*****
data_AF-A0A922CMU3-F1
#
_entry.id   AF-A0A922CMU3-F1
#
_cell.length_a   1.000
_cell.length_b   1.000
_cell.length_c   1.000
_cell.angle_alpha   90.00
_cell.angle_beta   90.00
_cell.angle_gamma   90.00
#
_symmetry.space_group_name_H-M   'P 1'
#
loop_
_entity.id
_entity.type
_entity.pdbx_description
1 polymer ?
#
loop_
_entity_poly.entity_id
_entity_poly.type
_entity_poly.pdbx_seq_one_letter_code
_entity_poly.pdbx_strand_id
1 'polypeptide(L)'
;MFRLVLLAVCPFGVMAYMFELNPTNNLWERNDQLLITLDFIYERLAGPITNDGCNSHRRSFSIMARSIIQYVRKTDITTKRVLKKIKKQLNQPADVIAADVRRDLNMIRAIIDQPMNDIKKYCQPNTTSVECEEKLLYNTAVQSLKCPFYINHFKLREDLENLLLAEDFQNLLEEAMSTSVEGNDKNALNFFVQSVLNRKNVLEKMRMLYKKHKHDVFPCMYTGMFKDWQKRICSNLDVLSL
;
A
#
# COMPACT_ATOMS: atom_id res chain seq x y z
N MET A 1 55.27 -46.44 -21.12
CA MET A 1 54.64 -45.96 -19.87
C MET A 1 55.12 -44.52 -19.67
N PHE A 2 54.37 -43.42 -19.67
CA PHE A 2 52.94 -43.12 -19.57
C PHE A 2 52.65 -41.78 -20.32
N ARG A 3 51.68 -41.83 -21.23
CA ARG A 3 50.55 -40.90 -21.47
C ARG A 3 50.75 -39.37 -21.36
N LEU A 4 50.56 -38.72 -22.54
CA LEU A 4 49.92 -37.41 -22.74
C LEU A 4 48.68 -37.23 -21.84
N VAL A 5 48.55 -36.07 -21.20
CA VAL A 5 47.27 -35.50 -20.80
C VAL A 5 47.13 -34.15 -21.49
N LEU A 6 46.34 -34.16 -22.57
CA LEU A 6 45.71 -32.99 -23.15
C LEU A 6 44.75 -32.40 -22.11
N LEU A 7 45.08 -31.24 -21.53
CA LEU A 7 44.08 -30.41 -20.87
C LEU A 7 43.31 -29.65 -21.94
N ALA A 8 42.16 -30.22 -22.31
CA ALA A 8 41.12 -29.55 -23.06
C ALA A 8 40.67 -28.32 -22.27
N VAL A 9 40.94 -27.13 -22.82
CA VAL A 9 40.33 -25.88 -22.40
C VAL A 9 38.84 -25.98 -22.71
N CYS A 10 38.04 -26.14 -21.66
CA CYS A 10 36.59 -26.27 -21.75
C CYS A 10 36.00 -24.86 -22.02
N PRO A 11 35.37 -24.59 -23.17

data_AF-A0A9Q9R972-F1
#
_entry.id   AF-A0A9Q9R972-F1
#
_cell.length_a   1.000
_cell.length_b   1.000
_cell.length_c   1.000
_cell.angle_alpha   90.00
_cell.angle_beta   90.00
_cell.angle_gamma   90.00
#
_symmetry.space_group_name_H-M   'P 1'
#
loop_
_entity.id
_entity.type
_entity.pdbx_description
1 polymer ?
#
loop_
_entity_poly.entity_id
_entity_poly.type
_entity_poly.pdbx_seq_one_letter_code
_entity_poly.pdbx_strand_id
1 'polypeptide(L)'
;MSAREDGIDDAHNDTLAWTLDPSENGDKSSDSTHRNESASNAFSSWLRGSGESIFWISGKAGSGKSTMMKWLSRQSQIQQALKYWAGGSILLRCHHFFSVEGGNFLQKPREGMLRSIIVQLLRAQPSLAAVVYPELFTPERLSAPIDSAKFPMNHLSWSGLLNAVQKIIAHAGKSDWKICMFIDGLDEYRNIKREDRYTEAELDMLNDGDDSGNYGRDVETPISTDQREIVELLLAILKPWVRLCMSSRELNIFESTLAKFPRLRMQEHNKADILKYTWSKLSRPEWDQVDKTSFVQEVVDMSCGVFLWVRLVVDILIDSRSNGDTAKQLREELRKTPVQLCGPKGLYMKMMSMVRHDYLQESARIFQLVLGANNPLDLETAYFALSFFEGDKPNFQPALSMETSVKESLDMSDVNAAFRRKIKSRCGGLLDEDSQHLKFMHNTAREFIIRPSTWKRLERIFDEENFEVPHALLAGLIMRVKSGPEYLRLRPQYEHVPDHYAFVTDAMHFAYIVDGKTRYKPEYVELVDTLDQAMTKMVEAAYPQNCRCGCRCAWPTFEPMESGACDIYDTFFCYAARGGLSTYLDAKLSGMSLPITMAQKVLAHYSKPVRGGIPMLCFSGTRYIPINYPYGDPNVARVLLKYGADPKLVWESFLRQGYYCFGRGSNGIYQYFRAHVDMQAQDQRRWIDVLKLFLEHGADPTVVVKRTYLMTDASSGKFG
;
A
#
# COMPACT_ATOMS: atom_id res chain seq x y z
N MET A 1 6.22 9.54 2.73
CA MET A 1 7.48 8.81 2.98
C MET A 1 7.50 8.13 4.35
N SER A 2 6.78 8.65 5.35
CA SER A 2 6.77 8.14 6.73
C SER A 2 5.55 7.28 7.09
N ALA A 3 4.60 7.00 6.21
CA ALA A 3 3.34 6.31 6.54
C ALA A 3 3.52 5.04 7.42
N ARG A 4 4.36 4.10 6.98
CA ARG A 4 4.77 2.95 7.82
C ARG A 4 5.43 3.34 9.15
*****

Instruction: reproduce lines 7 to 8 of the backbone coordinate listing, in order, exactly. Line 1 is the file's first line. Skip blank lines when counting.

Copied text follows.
_cell.length_c   1.000
_cell.angle_alpha   90.00